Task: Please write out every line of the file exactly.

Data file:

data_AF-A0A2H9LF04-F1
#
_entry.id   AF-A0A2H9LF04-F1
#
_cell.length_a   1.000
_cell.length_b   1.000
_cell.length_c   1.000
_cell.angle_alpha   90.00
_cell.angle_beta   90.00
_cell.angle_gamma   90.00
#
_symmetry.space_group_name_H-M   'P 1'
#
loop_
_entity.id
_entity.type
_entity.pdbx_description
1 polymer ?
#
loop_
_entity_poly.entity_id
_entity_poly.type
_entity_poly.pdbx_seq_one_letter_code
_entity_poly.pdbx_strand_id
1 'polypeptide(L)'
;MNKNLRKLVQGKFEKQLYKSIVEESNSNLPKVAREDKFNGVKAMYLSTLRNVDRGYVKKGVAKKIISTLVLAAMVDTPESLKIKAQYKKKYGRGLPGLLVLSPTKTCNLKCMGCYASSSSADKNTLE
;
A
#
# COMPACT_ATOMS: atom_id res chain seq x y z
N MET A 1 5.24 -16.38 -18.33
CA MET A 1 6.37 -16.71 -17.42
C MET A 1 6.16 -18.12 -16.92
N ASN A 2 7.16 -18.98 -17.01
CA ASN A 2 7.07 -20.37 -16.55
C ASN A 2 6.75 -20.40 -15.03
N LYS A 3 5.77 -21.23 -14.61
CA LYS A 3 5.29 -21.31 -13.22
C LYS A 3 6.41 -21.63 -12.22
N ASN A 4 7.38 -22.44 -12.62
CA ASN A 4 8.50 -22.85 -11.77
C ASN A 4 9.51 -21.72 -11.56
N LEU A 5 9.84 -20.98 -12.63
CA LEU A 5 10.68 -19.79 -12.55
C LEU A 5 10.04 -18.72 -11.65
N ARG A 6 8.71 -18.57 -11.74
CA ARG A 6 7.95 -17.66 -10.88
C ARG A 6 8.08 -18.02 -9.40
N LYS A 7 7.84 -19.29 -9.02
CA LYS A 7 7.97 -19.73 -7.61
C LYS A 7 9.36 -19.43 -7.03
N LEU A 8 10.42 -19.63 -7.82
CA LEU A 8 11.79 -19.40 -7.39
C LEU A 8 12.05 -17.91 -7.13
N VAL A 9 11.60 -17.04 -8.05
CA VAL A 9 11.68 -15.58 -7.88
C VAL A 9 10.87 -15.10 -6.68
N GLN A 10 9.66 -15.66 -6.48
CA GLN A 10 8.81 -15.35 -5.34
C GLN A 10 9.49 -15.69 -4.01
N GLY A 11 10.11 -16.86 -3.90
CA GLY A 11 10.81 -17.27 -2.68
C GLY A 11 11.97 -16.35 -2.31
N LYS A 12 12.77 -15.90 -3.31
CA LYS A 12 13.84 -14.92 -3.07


data_AF-A0A2H9LF04-F1
#
_entry.id   AF-A0A2H9LF04-F1
#
_cell.length_a   1.000
_cell.length_b   1.000
_cell.length_c   1.000
_cell.angle_alpha   90.00
_cell.angle_beta   90.00
_cell.angle_gamma   90.00
#
_symmetry.space_group_name_H-M   'P 1'
#
loop_
_entity.id
_entity.type
_entity.pdbx_description
1 polymer ?
#
loop_
_entity_poly.entity_id
_entity_poly.type
_entity_poly.pdbx_seq_one_letter_code
_entity_poly.pdbx_strand_id
1 'polypeptide(L)'
;MNKNLRKLVQGKFEKQLYKSIVEESNSNLPKVAREDKFNGVKAMYLSTLRNVDRGYVKKGVAKKIISTLVLAAMVDTPESLKIKAQYKKKYGRGLPGLLVLSPTKTCNLKCMGCYASSSSADKNTLE
;
A
#
# COMPACT_ATOMS: atom_id res chain seq x y z
N MET A 1 5.24 -16.38 -18.33
CA MET A 1 6.37 -16.71 -17.42
C MET A 1 6.16 -18.12 -16.92
N ASN A 2 7.16 -18.98 -17.01
CA ASN A 2 7.07 -20.37 -16.55
C ASN A 2 6.75 -20.40 -15.03
N LYS A 3 5.77 -21.23 -14.61
CA LYS A 3 5.29 -21.31 -13.22
C LYS A 3 6.41 -21.63 -12.22
N ASN A 4 7.38 -22.44 -12.62
CA ASN A 4 8.50 -22.85 -11.77
C ASN A 4 9.51 -21.72 -11.56
N LEU A 5 9.84 -20.98 -12.63
CA LEU A 5 10.68 -19.79 -12.55
C LEU A 5 10.04 -18.72 -11.65
N ARG A 6 8.71 -18.57 -11.74
CA ARG A 6 7.95 -17.66 -10.88
C ARG A 6 8.08 -18.02 -9.40
N LYS A 7 7.84 -19.29 -9.02
CA LYS A 7 7.97 -19.73 -7.61
C LYS A 7 9.36 -19.43 -7.03
N LEU A 8 10.42 -19.63 -7.82
CA LEU A 8 11.79 -19.40 -7.39
C LEU A 8 12.05 -17.91 -7.13
N VAL A 9 11.60 -17.04 -8.05
CA VAL A 9 11.68 -15.58 -7.88
C VAL A 9 10.87 -15.10 -6.68
N GLN A 10 9.66 -15.66 -6.48
CA GLN A 10 8.81 -15.35 -5.34
C GLN A 10 9.49 -15.69 -4.01
N GLY A 11 10.11 -16.86 -3.90
CA GLY A 11 10.81 -17.27 -2.68
C GLY A 11 11.97 -16.35 -2.31
N LYS A 12 12.77 -15.90 -3.31
CA LYS A 12 13.84 -14.92 -3.07